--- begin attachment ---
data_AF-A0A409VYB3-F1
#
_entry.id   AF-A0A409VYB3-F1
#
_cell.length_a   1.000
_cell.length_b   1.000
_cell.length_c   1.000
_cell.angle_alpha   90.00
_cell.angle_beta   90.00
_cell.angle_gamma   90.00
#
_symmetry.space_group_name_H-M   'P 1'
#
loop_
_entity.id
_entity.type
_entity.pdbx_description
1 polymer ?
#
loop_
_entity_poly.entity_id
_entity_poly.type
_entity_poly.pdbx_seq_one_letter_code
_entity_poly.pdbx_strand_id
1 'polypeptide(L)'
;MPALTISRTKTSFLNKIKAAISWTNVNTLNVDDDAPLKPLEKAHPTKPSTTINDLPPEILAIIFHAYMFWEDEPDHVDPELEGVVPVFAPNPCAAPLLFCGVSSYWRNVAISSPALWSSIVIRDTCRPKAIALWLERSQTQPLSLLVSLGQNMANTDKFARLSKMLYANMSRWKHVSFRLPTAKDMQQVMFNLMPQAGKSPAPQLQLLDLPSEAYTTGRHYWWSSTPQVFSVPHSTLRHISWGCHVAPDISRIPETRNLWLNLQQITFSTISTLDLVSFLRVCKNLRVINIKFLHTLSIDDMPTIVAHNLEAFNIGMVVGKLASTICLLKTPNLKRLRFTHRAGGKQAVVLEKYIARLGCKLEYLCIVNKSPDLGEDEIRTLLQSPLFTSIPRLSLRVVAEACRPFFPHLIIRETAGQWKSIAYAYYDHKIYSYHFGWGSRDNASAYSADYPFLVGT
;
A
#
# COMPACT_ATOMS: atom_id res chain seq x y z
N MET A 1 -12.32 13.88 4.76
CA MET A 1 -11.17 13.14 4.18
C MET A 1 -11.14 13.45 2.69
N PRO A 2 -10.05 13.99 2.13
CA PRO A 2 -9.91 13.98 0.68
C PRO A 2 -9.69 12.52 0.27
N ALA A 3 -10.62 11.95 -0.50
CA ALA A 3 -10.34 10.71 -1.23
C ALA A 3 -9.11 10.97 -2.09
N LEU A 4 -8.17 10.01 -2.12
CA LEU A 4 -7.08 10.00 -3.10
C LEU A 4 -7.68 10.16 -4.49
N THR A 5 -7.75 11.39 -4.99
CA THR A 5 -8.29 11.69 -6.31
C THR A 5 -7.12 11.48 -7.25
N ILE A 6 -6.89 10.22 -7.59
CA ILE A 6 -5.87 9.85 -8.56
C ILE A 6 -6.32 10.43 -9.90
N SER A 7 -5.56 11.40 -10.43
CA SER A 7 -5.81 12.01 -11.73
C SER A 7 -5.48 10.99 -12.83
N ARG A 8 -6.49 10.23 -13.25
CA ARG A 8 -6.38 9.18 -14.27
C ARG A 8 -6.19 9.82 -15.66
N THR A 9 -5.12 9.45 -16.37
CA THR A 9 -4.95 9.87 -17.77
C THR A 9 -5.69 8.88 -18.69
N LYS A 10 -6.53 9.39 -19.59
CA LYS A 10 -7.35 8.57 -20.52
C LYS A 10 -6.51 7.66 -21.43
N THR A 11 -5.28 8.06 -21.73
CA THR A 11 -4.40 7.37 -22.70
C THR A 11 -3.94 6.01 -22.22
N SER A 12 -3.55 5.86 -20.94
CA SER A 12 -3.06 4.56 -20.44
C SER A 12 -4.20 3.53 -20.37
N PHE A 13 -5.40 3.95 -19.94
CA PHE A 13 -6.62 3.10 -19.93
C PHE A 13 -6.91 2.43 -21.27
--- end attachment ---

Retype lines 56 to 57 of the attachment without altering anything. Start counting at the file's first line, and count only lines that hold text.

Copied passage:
CA THR A 9 -4.95 9.87 -17.77
C THR A 9 -5.69 8.88 -18.69